Singapore-based Overseas Union Enterprise Ltd. (OUE) made a $1.1 billion bid for the company’s serviced apartment business, Chairman Stephen Riady said in an interview yesterday. An independent adviser has found Charoen’s offer “not compelling, though fair,” F&N’s board said in a letter to shareholders.
The outside bid for an F&N business is a setback for Charoen as he seeks to expand his Thai real-estate and beverage businesses in Asia. The billionaire agreed to buy a stake in F&N in July, setting off a fight for the 129-year-old conglomerate and assets spanning from soft-drinks to property.
“It creates more awareness of the undervaluation of the property and could make it harder for the Thais to gain control,” said Goh Han Peng, analyst at DMG & Partners Research Pte in Singapore, referring to the bid for the serviced apartment unit. “The Thais would want majority control of more than 50 percent of F&N so that they can influence the future of the conglomerate.”
Charoen’s offer of S$8.88 a share is at the low end of the adviser’s estimates that value the company at S$8.30 to S$11.22 a share, the board said yesterday. F&N directors who hold shares currently do not intend to accept the billionaire’s offer, the board said.
F&N shareholders last month agreed to sell its brewing business to Heineken NV (HEIA), while Charoen’s TCC Assets Ltd. on Sept. 13 made a S$9 billion ($7.3 billion) bid for the 70 percent of the Singapore company he doesn’t already control.
The bid for the apartment assets “shows F&N could yield a better return for shareholders and sell the assets slowly and bit by bit by going into different negotiations with different interested parties,” said Jason Hughes, head of premium client management at IG Markets in Singapore.
Charoen may have to counter with a higher bid for F&N because the S$1.4 billion offer for the serviced residence business “is a premium to the value at which F&N is covering this property in their books,” according to Jonathan Foster, Singapore-based director of Global Special Situations at Religare Capital Markets.
“This gives the board some leverage now to point out that TCC is fundamentally mis-valuing the rest of the F&N assets,” he said. “It will be sensible for TCC to raise the offer.”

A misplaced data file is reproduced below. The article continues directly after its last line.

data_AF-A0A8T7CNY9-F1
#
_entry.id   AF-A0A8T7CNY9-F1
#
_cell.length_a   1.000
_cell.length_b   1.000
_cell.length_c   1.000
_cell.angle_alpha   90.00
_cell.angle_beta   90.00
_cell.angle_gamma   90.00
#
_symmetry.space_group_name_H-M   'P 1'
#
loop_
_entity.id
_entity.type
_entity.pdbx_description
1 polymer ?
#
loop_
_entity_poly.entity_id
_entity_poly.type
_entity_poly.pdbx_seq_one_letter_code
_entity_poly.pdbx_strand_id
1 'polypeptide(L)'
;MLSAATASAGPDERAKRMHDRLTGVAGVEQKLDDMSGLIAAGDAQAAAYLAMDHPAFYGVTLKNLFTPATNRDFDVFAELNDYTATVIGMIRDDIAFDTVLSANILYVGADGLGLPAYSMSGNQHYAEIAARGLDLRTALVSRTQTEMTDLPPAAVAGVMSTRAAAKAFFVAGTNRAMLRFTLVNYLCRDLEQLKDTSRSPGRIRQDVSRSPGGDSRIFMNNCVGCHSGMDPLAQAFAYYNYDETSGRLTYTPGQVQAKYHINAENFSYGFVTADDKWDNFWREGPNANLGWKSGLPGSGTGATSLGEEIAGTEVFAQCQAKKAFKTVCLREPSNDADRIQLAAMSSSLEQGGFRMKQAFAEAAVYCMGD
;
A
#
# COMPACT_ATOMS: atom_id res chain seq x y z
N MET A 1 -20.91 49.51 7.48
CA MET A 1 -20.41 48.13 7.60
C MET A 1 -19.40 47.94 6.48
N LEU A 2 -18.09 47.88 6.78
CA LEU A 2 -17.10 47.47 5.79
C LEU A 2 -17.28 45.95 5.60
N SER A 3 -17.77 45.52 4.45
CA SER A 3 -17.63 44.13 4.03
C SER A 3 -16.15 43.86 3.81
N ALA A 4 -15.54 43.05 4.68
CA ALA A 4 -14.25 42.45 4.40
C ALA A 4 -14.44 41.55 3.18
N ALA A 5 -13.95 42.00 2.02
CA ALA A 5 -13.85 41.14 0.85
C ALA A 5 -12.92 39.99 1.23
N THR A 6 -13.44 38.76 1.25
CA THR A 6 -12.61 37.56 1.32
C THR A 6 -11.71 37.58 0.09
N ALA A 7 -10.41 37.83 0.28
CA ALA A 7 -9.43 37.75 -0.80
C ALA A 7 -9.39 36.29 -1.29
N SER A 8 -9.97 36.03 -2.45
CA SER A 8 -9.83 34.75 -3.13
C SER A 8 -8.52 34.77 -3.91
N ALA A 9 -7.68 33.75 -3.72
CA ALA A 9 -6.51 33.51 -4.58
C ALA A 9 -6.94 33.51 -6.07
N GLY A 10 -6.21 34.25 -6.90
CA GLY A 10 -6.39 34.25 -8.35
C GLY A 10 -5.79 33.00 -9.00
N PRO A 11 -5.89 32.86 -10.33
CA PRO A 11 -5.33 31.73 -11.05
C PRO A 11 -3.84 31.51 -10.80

Jennifer Yu, a spokeswoman for F&N, declined to comment. Vichate Tantiwanich, Thai Beverage’s spokesman, didn’t answer a call or respond to an e-mail seeking comment.
The hospitality business is part of F&N’s property unit, which gave the conglomerate about 30 percent of its 2011 revenue of S$6.3 billion. F&N got 12 percent of sales from soft drinks last year and 17 percent from dairies, according to data compiled by Bloomberg.
F&N rose 0.6 percent to close at S$8.93 in Singapore yesterday. The stock has been trading above the S$8.88 a share that Charoen offered in September.
F&N shareholders last month agreed to sell the company’s 40 percent stake in Tiger beer maker Asia Pacific Breweries Ltd. (APB) for S$5.6 billion to Heineken. That deal is expected to close in November.
The agreement with Heineken spurred speculation that F&N’s remaining businesses could attract other bidders, prompting a break-up of the 129-year-old conglomerate.
Overseas Union, a property affiliate of Indonesia-based Lippo Group, in August said it is seeking acquisitions to almost double the assets to S$10 billion in as early as three years.
F&N’s serviced apartment business “has global reach and is a top brand and hospitality is one of our core businesses so this proposal to Fraser & Neave is in line with our strategic growth,” plans, Riady, the chairman of Overseas Union, said yesterday.
F&N said it won’t respond to the offer for the serviced apartments, citing takeover rules and the business’s value within the conglomerate’s property division, according to yesterday’s statement to the Singapore stock exchange.
Charoen’s unlisted business TCC Group has a real-estate unit. His Thai Beverage Pcl (THBEV), which sells the Chang brand of beer, gets almost all its revenue from its home market.
Charoen, 68, was born and raised in Bangkok’s Chinatown district. He bid for the rights to operate distilleries during a liberalization of the nation’s liquor industry, before expanding into beer, alcohol, sugar, and packaging businesses.